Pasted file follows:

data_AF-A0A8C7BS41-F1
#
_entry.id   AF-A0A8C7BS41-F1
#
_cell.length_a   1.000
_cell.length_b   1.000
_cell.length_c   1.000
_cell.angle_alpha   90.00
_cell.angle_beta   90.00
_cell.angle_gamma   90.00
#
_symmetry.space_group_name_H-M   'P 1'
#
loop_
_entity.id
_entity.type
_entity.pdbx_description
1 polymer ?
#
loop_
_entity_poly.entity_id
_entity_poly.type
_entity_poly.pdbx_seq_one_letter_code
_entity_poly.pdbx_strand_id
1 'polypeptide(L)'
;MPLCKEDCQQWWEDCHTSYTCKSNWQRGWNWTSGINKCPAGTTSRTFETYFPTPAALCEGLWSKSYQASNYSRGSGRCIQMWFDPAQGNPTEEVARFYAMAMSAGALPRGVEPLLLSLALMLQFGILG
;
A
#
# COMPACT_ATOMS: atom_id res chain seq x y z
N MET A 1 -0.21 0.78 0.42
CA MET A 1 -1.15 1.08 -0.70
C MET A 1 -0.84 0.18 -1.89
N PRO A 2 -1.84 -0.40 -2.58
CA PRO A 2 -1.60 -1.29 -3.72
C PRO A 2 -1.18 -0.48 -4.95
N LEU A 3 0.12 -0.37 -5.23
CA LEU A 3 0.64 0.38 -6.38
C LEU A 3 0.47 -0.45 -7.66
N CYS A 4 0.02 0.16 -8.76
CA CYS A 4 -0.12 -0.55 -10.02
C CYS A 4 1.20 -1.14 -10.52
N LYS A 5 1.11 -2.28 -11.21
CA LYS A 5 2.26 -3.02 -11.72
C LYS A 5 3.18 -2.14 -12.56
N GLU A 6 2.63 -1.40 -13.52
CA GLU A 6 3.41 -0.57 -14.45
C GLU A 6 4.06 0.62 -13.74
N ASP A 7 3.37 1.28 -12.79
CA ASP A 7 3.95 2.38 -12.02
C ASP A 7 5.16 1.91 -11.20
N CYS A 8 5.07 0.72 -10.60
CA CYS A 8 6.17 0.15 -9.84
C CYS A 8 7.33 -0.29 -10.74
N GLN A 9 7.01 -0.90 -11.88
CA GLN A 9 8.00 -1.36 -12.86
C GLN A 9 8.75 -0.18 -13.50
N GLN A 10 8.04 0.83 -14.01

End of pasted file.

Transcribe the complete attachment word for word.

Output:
data_AF-A0A8C7BS41-F1
#
_entry.id   AF-A0A8C7BS41-F1
#
_cell.length_a   1.000
_cell.length_b   1.000
_cell.length_c   1.000
_cell.angle_alpha   90.00
_cell.angle_beta   90.00
_cell.angle_gamma   90.00
#
_symmetry.space_group_name_H-M   'P 1'
#
loop_
_entity.id
_entity.type
_entity.pdbx_description
1 polymer ?
#
loop_
_entity_poly.entity_id
_entity_poly.type
_entity_poly.pdbx_seq_one_letter_code
_entity_poly.pdbx_strand_id
1 'polypeptide(L)'
;MPLCKEDCQQWWEDCHTSYTCKSNWQRGWNWTSGINKCPAGTTSRTFETYFPTPAALCEGLWSKSYQASNYSRGSGRCIQMWFDPAQGNPTEEVARFYAMAMSAGALPRGVEPLLLSLALMLQFGILG
;
A
#
# COMPACT_ATOMS: atom_id res chain seq x y z
N MET A 1 -0.21 0.78 0.42
CA MET A 1 -1.15 1.08 -0.70
C MET A 1 -0.84 0.18 -1.89
N PRO A 2 -1.84 -0.40 -2.58
CA PRO A 2 -1.60 -1.29 -3.72
C PRO A 2 -1.18 -0.48 -4.95
N LEU A 3 0.12 -0.37 -5.23
CA LEU A 3 0.64 0.38 -6.38
C LEU A 3 0.47 -0.45 -7.66
N CYS A 4 0.02 0.16 -8.76
CA CYS A 4 -0.12 -0.55 -10.02
C CYS A 4 1.20 -1.14 -10.52
N LYS A 5 1.11 -2.28 -11.21
CA LYS A 5 2.26 -3.02 -11.72
C LYS A 5 3.18 -2.14 -12.56
N GLU A 6 2.63 -1.40 -13.52
CA GLU A 6 3.41 -0.57 -14.45
C GLU A 6 4.06 0.62 -13.74
N ASP A 7 3.37 1.28 -12.79
CA ASP A 7 3.95 2.38 -12.02
C ASP A 7 5.16 1.91 -11.20
N CYS A 8 5.07 0.72 -10.60
CA CYS A 8 6.17 0.15 -9.84
C CYS A 8 7.33 -0.29 -10.74
N GLN A 9 7.01 -0.90 -11.88
CA GLN A 9 8.00 -1.36 -12.86
C GLN A 9 8.75 -0.18 -13.50
N GLN A 10 8.04 0.83 -14.01